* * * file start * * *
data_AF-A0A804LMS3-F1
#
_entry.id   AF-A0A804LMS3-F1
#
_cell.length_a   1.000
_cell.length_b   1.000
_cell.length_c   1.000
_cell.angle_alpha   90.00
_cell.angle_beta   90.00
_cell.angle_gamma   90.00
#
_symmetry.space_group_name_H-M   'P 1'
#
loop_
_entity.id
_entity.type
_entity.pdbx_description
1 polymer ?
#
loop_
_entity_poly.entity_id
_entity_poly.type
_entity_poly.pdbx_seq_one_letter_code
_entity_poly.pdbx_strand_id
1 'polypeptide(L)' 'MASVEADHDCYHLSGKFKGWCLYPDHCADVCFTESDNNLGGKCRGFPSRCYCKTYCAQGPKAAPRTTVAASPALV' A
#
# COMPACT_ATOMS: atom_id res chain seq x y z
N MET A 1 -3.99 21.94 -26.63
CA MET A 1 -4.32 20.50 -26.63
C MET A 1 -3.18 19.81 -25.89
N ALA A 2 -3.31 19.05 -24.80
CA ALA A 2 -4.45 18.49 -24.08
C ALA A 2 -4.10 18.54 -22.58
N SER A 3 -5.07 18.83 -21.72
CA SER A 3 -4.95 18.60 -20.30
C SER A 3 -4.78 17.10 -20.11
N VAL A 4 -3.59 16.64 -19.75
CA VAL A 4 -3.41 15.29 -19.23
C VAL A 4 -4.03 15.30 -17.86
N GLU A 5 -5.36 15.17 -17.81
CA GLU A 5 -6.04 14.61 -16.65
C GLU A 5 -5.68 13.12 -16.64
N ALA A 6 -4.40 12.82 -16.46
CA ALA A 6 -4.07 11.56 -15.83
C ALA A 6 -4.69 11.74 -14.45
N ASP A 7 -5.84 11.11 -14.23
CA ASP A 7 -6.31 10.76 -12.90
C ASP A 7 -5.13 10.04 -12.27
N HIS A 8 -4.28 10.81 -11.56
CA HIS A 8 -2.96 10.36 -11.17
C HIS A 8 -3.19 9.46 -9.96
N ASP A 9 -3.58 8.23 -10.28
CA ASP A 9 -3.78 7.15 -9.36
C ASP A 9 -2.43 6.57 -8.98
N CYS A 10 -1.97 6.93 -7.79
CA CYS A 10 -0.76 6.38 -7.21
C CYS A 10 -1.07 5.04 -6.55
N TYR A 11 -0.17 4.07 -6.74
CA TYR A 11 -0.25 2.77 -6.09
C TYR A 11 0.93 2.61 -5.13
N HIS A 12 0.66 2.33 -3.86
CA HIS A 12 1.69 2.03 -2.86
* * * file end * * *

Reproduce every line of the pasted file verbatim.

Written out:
data_AF-A0A804LMS3-F1
#
_entry.id   AF-A0A804LMS3-F1
#
_cell.length_a   1.000
_cell.length_b   1.000
_cell.length_c   1.000
_cell.angle_alpha   90.00
_cell.angle_beta   90.00
_cell.angle_gamma   90.00
#
_symmetry.space_group_name_H-M   'P 1'
#
loop_
_entity.id
_entity.type
_entity.pdbx_description
1 polymer ?
#
loop_
_entity_poly.entity_id
_entity_poly.type
_entity_poly.pdbx_seq_one_letter_code
_entity_poly.pdbx_strand_id
1 'polypeptide(L)' 'MASVEADHDCYHLSGKFKGWCLYPDHCADVCFTESDNNLGGKCRGFPSRCYCKTYCAQGPKAAPRTTVAASPALV' A
#
# COMPACT_ATOMS: atom_id res chain seq x y z
N MET A 1 -3.99 21.94 -26.63
CA MET A 1 -4.32 20.50 -26.63
C MET A 1 -3.18 19.81 -25.89
N ALA A 2 -3.31 19.05 -24.80
CA ALA A 2 -4.45 18.49 -24.08
C ALA A 2 -4.10 18.54 -22.58
N SER A 3 -5.07 18.83 -21.72
CA SER A 3 -4.95 18.60 -20.30
C SER A 3 -4.78 17.10 -20.11
N VAL A 4 -3.59 16.64 -19.75
CA VAL A 4 -3.41 15.29 -19.23
C VAL A 4 -4.03 15.30 -17.86
N GLU A 5 -5.36 15.17 -17.81
CA GLU A 5 -6.04 14.61 -16.65
C GLU A 5 -5.68 13.12 -16.64
N ALA A 6 -4.40 12.82 -16.46
CA ALA A 6 -4.07 11.56 -15.83
C ALA A 6 -4.69 11.74 -14.45
N ASP A 7 -5.84 11.11 -14.23
CA ASP A 7 -6.31 10.76 -12.90
C ASP A 7 -5.13 10.04 -12.27
N HIS A 8 -4.28 10.81 -11.56
CA HIS A 8 -2.96 10.36 -11.17
C HIS A 8 -3.19 9.46 -9.96
N ASP A 9 -3.58 8.23 -10.28
CA ASP A 9 -3.78 7.15 -9.36
C ASP A 9 -2.43 6.57 -8.98
N CYS A 10 -1.97 6.93 -7.79
CA CYS A 10 -0.76 6.38 -7.21
C CYS A 10 -1.07 5.04 -6.55
N TYR A 11 -0.17 4.07 -6.74
CA TYR A 11 -0.25 2.77 -6.09
C TYR A 11 0.93 2.61 -5.13
N HIS A 12 0.66 2.33 -3.86
CA HIS A 12 1.69 2.03 -2.86